FOOTPATHS GROUP: After all the rain, it was definitely going to be muddy, and it was, but not too muddy. Not enough to spoil a good walk in the pleasing countryside around Chailey. From the bus stop near to McBean’s Orchids we headed west across a ploughed and planted field. It was quite squelchy with big puddles of water. The next field was not as bad. Then there was a lot of walking along tracks that varied in muddiness. The tracks headed north from Lower Burrells, in whose garden was the most wonderful maple tree in all its red autumn glory. Skirting South Chailey, we passed The Hooke with its late 18th century stone front (Pevsner) and at the end of the walk, the beautifully situated Chailey Moat which looked amazing across the large pond (or small lake) it sits beside. With over half an hour before the bus arrived we enjoyed sitting in the sun outside the church of St Peter with its 13th century tower and chancel (Pevsner again). Fourteen of us were led by Hilda and Graham. The next walk is on Tuesday, at Ashurst Wood. Meet at top North Street car park for a 9.30am start.
SOUTH MALLING SCHOOL had a really memorable day last Friday, raising funds for Children in Need. All the staff and children came to school dressed in their pyjamas and then groups of children from each class organised a fair in the hall. In total the school has raised a record £950. Friday also saw their open afternoon with parents and carers coming to visit class museums and share the learning each class has undertaken as part of their Time Travellers topic. Visitors were treated to music, songs, art work, videos and powerpoint shows as well as books and writing created by the children. It was fantastic to see so many from our community attending. The children were really proud. This week is anti bullying week and all children have been involved in activities and events designed to help them understand what bullying is, how to deal with it, and most specifically how to use new technologies safely. On Tuesday at 10am and Wednesday at 2pm the school is looking forward to welcoming prospective parents. Anyone who has a child entering Reception in September 2014 is invited to join them to find out more about the school, meet the staff and take a tour with excellent guides from Year 6. Next Friday (November 29) there will be the very popular Christmas Fair and the school looks forward to seeing parents, friends and neighbours.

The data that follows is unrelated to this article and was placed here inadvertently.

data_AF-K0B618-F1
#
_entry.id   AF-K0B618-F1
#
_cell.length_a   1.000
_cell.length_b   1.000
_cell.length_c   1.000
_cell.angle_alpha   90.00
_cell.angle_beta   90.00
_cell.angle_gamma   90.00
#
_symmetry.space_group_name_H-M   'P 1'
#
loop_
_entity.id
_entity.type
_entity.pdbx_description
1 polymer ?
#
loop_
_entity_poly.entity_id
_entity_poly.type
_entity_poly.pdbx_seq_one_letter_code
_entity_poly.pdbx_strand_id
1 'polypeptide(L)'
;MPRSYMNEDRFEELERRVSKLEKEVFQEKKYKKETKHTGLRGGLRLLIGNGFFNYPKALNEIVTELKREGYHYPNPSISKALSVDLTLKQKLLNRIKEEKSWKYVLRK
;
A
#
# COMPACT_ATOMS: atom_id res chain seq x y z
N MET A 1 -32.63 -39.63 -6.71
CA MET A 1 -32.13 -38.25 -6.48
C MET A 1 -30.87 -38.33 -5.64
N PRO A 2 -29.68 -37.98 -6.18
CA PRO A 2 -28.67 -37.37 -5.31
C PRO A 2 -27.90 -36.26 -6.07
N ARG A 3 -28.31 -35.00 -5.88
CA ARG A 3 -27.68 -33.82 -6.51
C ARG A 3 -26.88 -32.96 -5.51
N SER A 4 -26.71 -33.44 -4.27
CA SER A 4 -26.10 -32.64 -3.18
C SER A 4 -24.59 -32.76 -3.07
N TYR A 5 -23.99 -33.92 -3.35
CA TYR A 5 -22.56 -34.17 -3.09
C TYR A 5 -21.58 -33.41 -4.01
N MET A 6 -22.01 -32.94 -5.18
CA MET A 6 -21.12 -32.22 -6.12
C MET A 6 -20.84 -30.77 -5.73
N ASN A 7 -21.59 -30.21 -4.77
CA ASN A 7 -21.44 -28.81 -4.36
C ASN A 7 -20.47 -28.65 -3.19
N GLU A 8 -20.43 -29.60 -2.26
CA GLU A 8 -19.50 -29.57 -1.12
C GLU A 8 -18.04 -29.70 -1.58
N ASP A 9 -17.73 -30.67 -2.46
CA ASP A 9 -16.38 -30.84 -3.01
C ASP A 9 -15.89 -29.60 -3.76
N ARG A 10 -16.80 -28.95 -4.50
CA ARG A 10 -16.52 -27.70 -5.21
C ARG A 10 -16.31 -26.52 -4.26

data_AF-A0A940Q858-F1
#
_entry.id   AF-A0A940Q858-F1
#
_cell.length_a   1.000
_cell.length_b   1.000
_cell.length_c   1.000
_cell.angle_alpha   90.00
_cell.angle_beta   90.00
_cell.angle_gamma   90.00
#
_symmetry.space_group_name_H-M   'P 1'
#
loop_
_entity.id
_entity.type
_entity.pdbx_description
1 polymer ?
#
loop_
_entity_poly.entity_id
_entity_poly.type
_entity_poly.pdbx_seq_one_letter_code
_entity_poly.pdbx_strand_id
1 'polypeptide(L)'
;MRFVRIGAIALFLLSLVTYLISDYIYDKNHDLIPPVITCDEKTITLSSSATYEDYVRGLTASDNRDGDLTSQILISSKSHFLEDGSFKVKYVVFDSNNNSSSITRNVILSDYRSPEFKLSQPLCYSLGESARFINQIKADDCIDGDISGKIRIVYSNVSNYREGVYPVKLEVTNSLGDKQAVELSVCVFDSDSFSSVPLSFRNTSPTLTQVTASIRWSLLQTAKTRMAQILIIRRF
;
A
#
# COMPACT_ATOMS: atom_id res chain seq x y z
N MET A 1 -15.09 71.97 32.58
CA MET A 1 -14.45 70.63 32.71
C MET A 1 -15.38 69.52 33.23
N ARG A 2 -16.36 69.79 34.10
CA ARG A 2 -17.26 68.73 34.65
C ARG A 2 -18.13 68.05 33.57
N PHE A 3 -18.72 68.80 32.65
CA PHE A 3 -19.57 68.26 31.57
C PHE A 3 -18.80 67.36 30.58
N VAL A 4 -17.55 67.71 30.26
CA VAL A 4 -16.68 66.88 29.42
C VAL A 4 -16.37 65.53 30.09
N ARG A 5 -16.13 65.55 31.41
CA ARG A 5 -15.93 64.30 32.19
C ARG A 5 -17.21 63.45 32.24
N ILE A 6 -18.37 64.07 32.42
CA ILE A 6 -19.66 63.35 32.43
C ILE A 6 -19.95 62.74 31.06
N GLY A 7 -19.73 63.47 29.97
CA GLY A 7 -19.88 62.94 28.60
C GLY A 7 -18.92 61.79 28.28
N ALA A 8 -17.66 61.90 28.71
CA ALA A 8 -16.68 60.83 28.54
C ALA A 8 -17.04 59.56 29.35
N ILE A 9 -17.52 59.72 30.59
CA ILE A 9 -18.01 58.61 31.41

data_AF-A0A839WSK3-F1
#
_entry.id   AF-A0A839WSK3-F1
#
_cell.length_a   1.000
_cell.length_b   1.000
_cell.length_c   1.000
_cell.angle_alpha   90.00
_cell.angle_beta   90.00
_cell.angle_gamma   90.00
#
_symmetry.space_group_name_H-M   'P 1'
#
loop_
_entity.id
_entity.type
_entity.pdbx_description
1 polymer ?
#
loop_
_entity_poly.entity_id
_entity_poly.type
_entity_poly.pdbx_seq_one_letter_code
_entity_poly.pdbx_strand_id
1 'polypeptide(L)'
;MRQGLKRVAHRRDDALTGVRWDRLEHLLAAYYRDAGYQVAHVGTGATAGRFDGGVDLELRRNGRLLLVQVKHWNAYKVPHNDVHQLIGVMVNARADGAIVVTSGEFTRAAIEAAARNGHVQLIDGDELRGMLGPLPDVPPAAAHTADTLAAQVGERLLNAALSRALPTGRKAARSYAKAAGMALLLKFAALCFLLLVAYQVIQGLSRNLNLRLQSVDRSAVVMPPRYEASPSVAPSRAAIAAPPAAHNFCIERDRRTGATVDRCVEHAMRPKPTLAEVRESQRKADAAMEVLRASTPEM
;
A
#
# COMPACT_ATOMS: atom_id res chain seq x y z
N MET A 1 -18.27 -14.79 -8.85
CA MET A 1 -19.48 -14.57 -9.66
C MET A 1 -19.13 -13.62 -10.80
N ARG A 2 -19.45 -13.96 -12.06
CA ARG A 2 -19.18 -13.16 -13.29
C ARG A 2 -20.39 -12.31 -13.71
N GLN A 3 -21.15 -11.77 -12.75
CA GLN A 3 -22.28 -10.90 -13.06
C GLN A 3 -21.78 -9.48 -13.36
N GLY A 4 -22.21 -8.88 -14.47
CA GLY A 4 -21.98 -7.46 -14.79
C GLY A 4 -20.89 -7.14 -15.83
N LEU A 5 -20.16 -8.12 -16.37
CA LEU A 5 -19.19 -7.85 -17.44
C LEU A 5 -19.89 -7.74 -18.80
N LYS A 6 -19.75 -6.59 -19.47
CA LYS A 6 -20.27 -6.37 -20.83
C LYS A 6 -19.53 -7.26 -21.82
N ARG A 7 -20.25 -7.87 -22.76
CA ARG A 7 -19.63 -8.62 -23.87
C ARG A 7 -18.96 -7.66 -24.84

SOUTH MALLING CHURCH have their rather less formal service of Morning Praise this Sunday at 9.30am. The music is led by a group guitars, drums and electric piano, with two excellent singers leading the congregation. The service will be conducted by the acting Vicar, Revd Jeremy Bamber. Everyone is welcome.
POPPIES: On behalf of the British Legion, Malling resident, Eve Empringham wishes to pass on a great big thank you to all the people who bought, sold and helped to make knitted poppies this year. They have raised a record £53 so far, and more orders are coming in. All the money raised, of course, goes towards the Poppy Appeal. Well done to them all.
MEETING: Malling Tenants and Residents Association will meet on Monday December 2 (not November 25 as previously scheduled) at 7pm at Reid Court.
THE LIBRARY will be visiting the following areas this week. Tuesday: Dumbrell’s Court, Ditchling 10.40am to 11.10am; The Fountain car park, Plumpton 11.30am to noon; Old School lay-by, Plumpton 12.10pm to 12.40pm; Grantham Close, Chailey 2pm to 2.30pm; Little Mead, Cooksbridge 2.45pm to 3.15pm; Delves House, Delves Close, Ringmer 3.40pm to 4pm. Thursday: Opposite the Post Office, Firle 9.30am to 10am; Weald View, Barcombe 10.30am to 11am; Mill Lane, Chailey 11.15am to 11.35pm; Markstakes Corner, Chailey 11.45am to 12.10pm; South Rough, Newick 1.15pm to 1.45pm; Oldaker, Newick 1.50pm to 2.20pm.